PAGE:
Wilhelmina had taken the position of chief overseer of the enterprise, maintaining a gentle but firm control over the business. But she also indulged her latest, and necessarily secret, passion: ley exploring. Since making that first successful journey, she had attempted three more using her copy of Burleigh’s device, discovering two new leys in the process: one leading to an arid desert of red earth and towering rocks and cacti, and one to a bleak steppe, treeless and windswept beneath low grey skies. She had also made a second trip using the ley she had discovered previously, which led to that massive limestone gorge. Though she still could not yet fit a name to that destination, nor a time, she had nevertheless begun to nurture a growing insight into ley travel in general, as well as finer points such as how individual lines might be manipulated. For, while she was content with merely mapping the leys and trying to determine how to calibrate her crossings, Wilhelmina had begun to wonder about the incredible possibilities of her new avocation-as well as the inherent implications and problems. For example, what would happen if she attempted a “double cross”-using two ley lines in two separate dimensions to travel to a third? She had no idea, but was intrigued by the possibility nonetheless. Once she felt secure in using the leys she knew, she would push the boat out a little, so to speak, with her experiments.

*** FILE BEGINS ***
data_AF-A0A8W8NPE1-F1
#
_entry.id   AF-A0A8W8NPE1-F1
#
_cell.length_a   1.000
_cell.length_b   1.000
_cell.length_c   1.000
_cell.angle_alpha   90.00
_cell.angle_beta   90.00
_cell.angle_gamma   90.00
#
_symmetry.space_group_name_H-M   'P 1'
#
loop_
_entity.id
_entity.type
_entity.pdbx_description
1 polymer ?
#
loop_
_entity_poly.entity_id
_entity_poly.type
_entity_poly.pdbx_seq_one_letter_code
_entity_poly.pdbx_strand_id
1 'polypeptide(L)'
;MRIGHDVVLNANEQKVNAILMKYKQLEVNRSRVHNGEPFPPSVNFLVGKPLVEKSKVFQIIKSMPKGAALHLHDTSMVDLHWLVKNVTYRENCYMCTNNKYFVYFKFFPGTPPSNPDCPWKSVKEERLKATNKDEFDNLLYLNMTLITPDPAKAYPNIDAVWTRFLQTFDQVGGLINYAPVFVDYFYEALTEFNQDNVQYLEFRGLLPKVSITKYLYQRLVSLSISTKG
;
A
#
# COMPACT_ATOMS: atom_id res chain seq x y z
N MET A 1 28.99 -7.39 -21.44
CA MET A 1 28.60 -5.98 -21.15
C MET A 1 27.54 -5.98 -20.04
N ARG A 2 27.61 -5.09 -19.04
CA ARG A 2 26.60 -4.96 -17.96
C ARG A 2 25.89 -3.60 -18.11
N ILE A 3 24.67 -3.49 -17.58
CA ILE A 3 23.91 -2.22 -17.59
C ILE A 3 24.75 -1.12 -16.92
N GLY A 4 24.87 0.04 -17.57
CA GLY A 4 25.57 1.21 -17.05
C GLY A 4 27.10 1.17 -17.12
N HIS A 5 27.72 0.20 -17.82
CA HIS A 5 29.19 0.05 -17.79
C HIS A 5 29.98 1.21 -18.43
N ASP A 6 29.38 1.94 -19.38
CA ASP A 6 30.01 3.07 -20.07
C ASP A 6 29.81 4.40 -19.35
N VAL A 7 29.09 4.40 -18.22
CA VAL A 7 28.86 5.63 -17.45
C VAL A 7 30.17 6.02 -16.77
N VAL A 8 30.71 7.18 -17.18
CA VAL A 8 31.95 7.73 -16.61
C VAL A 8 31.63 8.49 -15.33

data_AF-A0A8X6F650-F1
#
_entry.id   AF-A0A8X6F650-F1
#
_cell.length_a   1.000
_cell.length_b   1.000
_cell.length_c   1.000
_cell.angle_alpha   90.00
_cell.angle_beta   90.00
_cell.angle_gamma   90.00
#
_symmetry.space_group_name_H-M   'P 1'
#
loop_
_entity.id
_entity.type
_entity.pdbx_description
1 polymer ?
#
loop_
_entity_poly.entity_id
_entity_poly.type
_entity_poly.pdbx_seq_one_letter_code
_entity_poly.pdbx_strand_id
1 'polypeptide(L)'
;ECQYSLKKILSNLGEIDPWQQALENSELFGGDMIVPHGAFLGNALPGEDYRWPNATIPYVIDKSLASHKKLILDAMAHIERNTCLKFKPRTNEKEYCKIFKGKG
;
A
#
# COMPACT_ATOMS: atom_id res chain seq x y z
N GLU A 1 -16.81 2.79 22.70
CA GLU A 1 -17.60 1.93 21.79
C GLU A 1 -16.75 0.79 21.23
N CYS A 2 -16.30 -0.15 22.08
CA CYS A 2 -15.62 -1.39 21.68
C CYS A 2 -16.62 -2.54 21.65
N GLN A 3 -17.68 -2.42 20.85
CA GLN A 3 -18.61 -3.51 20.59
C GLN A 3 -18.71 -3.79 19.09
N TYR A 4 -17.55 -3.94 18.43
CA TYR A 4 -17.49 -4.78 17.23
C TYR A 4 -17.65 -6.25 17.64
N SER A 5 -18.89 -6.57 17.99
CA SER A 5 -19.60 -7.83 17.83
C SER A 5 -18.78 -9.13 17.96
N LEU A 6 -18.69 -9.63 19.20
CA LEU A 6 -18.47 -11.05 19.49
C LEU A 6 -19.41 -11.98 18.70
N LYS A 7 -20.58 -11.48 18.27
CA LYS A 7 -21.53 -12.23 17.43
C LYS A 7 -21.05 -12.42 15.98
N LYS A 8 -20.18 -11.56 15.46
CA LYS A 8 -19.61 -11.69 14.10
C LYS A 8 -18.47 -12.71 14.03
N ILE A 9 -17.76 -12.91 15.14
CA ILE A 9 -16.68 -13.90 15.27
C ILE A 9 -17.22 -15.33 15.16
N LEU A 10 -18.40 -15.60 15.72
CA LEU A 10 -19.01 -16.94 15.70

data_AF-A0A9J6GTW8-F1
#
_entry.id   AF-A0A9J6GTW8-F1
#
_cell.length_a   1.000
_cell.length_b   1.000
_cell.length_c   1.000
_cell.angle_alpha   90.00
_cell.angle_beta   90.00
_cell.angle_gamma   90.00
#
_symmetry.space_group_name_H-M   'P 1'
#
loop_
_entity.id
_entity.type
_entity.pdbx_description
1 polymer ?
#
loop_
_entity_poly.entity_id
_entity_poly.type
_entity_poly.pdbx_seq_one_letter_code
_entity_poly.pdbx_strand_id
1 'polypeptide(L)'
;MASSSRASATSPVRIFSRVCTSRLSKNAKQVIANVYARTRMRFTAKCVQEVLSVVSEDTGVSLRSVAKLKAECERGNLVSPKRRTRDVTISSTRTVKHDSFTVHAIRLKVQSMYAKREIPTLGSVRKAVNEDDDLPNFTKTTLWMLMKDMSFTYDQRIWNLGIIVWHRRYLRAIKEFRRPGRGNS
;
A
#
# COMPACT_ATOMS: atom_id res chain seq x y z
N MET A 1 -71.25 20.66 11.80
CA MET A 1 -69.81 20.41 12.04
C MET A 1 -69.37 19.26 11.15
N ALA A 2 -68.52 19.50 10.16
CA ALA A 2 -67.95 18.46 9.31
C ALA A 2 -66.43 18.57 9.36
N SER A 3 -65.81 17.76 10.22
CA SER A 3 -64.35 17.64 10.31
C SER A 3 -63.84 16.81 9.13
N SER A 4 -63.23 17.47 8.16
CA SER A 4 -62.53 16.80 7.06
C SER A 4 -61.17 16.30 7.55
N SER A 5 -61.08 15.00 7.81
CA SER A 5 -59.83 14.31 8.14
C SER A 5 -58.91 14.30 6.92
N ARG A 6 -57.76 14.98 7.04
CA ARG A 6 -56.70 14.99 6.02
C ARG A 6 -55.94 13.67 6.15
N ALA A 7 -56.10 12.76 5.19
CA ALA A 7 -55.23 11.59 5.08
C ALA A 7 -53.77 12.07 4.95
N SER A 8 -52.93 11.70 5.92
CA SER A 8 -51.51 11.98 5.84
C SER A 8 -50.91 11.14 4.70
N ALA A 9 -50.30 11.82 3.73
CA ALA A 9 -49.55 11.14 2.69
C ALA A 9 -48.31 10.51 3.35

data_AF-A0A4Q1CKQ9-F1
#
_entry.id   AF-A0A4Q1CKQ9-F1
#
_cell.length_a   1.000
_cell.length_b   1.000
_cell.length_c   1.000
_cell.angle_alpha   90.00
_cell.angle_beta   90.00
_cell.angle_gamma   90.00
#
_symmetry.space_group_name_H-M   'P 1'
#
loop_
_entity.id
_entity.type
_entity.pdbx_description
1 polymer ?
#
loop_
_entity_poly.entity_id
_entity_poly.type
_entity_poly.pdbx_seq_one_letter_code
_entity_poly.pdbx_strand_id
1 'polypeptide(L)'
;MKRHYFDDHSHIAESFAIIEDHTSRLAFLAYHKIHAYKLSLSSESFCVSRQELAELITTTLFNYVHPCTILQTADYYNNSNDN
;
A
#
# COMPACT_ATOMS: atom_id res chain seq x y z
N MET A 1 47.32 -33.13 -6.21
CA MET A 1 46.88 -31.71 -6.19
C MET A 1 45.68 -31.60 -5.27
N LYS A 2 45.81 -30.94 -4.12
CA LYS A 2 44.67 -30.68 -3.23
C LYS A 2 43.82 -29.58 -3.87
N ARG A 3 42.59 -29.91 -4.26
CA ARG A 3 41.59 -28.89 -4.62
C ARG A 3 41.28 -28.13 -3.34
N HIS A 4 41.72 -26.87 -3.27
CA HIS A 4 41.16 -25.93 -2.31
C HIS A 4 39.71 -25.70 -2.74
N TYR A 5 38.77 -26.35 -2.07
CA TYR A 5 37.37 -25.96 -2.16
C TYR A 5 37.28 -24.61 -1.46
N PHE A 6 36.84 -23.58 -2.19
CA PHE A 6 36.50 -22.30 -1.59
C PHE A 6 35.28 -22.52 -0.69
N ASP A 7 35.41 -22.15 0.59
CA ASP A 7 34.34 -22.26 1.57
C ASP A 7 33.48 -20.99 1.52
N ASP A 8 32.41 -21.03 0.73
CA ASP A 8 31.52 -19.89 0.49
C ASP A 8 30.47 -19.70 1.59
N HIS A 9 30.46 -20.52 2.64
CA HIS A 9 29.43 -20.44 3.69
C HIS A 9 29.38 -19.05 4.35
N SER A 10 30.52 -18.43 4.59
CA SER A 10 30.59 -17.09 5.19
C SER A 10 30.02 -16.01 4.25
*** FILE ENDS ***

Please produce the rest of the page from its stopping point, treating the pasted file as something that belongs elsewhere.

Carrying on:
Very occasionally she thought about returning to her home in London-if only to reassure anyone who might be concerned about her disappearance, and to wrap up her affairs. However, that would obviously mean returning to the ley that had brought her to this dimension, and that was several long days’ journey away from Prague. When it came down to it, the prospect always seemed like a huge bother for such a piddling payoff. Then, too, she was not at all certain she could return to the same London she had left. What if she got the time horribly wrong? There was no guarantee she could even get back to the twenty-first century anyway.